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  • Writer's pictureBeccy Fox

Past Thoughts from Bali Part 1: Mad as an Old Wet Hen.

It was raining this morning. This always makes for an interesting drive to work. The usual, mildly amusing sights were there: man on motorbike holding an umbrella as he drove along; family of four on motorbike hidden under black bin liners, but this morning surpassed all other rainy mornings. I was waiting at the traffic lights. A chicken was having a drink from a puddle. All of a sudden a motorbike clipped the edge of the puddle and drenched the chicken. Soaked. And astonished. I have never seen such an annoyed cockerel!

I nearly missed the green light for laughing and missing the green light is no laughing matter in this country. There is, what seems to be, an innate reaction to green lights. One must toot furiously as soon as the light turns green. God forbid you should put your foot on the gas a second too late! I find this ironic in a country that generally has a more relaxed attitude to time than the Western world. Actually there is nothing at all relaxed about driving here. Except maybe the rules of the road. It would at first appear that there are none. But as you take to the road you realise that there are a few, specifically designed to confuse the English driver. In England, flashing your lights at an on-coming vehicle means "you go ahead, I will wait for you." Here it means "Stay where you are: coming ready or not!" Another quirk of the Balinese car driver is indicator use. The usual indicator procedure is employed for turning left or right (also sometimes for a slight bend in the road) but hazard lights are employed for going straight on at a junction. Extremely confusing and disconcerting at first. For motorbike riders the rules are: there are no rules. Or maybe there is one rule. Use any tiny space of the carriageway you can just about squeeze yourself into. Motorbikes are a hazard for the naïve English driver. There are millions of them coming at you from all directions. No regard is given to anything going on behind them. They will, as a matter of principle, pull out in front of you in a death-defying exhibition of riding that would have made Evil Knievel proud. As someone said, driving here is like being in a Play Station game. You are moving forwards trying to avoid the many and varied obstacles that are coming towards you.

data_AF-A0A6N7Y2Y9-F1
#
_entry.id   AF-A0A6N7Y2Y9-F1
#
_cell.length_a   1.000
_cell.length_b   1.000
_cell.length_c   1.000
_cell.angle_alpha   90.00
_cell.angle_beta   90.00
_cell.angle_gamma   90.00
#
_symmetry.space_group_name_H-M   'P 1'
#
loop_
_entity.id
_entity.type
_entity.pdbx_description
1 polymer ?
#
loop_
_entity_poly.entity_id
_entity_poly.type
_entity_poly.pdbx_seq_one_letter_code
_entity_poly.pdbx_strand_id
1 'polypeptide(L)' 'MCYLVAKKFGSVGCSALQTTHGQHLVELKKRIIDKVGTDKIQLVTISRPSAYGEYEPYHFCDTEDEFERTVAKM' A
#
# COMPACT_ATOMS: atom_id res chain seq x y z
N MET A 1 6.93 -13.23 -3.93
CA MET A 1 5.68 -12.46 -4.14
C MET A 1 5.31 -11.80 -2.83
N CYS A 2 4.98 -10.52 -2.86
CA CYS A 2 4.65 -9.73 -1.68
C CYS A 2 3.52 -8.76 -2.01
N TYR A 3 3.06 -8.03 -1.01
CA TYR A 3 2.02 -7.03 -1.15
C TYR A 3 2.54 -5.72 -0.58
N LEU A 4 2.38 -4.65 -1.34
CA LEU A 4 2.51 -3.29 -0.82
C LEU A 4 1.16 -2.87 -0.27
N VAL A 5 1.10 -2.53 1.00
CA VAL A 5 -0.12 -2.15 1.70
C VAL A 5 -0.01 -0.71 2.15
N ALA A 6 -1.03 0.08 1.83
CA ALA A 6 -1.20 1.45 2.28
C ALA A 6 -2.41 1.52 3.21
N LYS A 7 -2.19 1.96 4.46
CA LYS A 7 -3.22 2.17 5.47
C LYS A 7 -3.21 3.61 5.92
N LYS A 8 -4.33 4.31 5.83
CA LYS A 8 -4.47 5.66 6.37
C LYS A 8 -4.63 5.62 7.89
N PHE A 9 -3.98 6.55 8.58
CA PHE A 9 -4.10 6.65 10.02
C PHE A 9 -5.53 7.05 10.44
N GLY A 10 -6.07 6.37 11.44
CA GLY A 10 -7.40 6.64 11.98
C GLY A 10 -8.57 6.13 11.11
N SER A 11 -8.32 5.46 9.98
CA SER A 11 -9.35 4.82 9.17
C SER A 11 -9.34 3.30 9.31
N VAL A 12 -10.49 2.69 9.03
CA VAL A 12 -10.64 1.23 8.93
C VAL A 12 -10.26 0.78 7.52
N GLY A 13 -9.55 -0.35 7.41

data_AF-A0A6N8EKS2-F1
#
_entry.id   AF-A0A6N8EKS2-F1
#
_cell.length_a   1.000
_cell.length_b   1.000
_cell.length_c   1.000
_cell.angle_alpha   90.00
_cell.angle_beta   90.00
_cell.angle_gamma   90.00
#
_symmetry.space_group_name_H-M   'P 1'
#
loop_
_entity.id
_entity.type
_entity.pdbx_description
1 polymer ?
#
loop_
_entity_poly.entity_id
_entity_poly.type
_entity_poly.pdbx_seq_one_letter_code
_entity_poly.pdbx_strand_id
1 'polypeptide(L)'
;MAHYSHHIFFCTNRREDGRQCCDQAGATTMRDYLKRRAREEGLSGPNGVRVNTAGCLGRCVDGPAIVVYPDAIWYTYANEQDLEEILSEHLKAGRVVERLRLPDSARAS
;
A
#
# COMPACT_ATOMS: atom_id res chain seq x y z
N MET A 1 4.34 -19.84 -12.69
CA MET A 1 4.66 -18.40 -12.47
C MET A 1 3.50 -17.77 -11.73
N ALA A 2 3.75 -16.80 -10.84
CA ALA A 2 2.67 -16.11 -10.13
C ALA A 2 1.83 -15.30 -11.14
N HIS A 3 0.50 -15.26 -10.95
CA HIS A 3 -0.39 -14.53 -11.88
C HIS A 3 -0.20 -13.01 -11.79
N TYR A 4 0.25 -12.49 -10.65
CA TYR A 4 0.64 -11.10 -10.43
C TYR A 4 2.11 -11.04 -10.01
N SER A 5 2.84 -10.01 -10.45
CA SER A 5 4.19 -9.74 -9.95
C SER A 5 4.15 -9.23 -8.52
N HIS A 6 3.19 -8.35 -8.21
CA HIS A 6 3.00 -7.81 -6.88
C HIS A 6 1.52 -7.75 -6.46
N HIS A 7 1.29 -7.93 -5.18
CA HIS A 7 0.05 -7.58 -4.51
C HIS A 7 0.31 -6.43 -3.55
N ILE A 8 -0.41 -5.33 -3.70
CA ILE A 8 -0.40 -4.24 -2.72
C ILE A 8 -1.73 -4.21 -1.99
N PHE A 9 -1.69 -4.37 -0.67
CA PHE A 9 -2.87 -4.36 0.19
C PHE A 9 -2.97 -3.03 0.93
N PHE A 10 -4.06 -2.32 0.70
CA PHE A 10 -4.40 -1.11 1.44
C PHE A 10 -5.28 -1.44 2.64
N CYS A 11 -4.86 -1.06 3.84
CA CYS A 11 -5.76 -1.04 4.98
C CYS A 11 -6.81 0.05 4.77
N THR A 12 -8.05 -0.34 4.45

The other danger for me is the extraordinary sights you see. Up to five people on a bike at any one time. Live-stock on a bike (including goats). Dogs on a bike. A friend witnessed a dog hopping off a bike at the traffic lights, cocking his leg for a quick pee and jumping back on again just as the lights turned green. The aforementioned bike rider carrying an umbrella is always funny. There is a new and bizarre motorbike spectacle every week, if not every day. These can reduce me to giggles, but always make me take my eyes of the road to have a good look, thus loosing the necessary 110% concentration required to drive here.

So far I have survived this insanity. One of the Gods celebrated here is Brahma, the God of moving metal objects. He has a special day devoted to him when ceremonies are held, so that vehicles are protected. On this day you see motorbikes and cars festooned with beautiful offerings made of palm leaves and flowers. Maybe this helps in the land of the Gods? My car went for a service last week. The usual: oil change, tyres and water checked. When it was delivered back to me there was an offering on the dashboard. All part of the service! (First posted February 2008) #Bali


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